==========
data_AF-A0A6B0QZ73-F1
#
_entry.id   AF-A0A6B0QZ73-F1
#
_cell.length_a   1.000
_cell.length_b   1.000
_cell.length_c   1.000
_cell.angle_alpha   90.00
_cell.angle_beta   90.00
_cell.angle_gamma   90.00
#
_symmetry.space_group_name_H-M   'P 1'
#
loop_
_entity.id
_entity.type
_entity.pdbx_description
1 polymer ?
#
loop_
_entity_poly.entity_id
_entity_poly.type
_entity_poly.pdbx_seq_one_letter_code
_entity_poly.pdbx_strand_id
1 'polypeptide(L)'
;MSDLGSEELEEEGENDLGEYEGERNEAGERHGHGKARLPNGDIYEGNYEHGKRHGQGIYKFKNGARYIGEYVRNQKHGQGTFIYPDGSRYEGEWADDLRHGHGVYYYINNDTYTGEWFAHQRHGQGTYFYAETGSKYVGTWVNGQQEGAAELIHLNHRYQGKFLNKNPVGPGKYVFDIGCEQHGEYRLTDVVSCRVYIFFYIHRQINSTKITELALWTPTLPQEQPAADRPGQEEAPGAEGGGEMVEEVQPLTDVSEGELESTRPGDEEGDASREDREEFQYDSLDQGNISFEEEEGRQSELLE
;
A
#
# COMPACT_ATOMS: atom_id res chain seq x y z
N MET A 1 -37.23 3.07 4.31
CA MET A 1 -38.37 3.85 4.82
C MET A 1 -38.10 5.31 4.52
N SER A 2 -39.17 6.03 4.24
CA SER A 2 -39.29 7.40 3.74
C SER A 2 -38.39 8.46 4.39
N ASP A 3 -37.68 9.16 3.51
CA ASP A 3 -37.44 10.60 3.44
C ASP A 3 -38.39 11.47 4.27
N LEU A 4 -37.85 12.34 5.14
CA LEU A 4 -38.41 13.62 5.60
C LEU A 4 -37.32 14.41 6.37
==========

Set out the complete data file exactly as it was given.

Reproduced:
data_AF-A0A6B0QZ73-F1
#
_entry.id   AF-A0A6B0QZ73-F1
#
_cell.length_a   1.000
_cell.length_b   1.000
_cell.length_c   1.000
_cell.angle_alpha   90.00
_cell.angle_beta   90.00
_cell.angle_gamma   90.00
#
_symmetry.space_group_name_H-M   'P 1'
#
loop_
_entity.id
_entity.type
_entity.pdbx_description
1 polymer ?
#
loop_
_entity_poly.entity_id
_entity_poly.type
_entity_poly.pdbx_seq_one_letter_code
_entity_poly.pdbx_strand_id
1 'polypeptide(L)'
;MSDLGSEELEEEGENDLGEYEGERNEAGERHGHGKARLPNGDIYEGNYEHGKRHGQGIYKFKNGARYIGEYVRNQKHGQGTFIYPDGSRYEGEWADDLRHGHGVYYYINNDTYTGEWFAHQRHGQGTYFYAETGSKYVGTWVNGQQEGAAELIHLNHRYQGKFLNKNPVGPGKYVFDIGCEQHGEYRLTDVVSCRVYIFFYIHRQINSTKITELALWTPTLPQEQPAADRPGQEEAPGAEGGGEMVEEVQPLTDVSEGELESTRPGDEEGDASREDREEFQYDSLDQGNISFEEEEGRQSELLE
;
A
#
# COMPACT_ATOMS: atom_id res chain seq x y z
N MET A 1 -37.23 3.07 4.31
CA MET A 1 -38.37 3.85 4.82
C MET A 1 -38.10 5.31 4.52
N SER A 2 -39.17 6.03 4.24
CA SER A 2 -39.29 7.40 3.74
C SER A 2 -38.39 8.46 4.39
N ASP A 3 -37.68 9.16 3.51
CA ASP A 3 -37.44 10.60 3.44
C ASP A 3 -38.39 11.47 4.27
N LEU A 4 -37.85 12.34 5.14
CA LEU A 4 -38.41 13.62 5.60
C LEU A 4 -37.32 14.41 6.37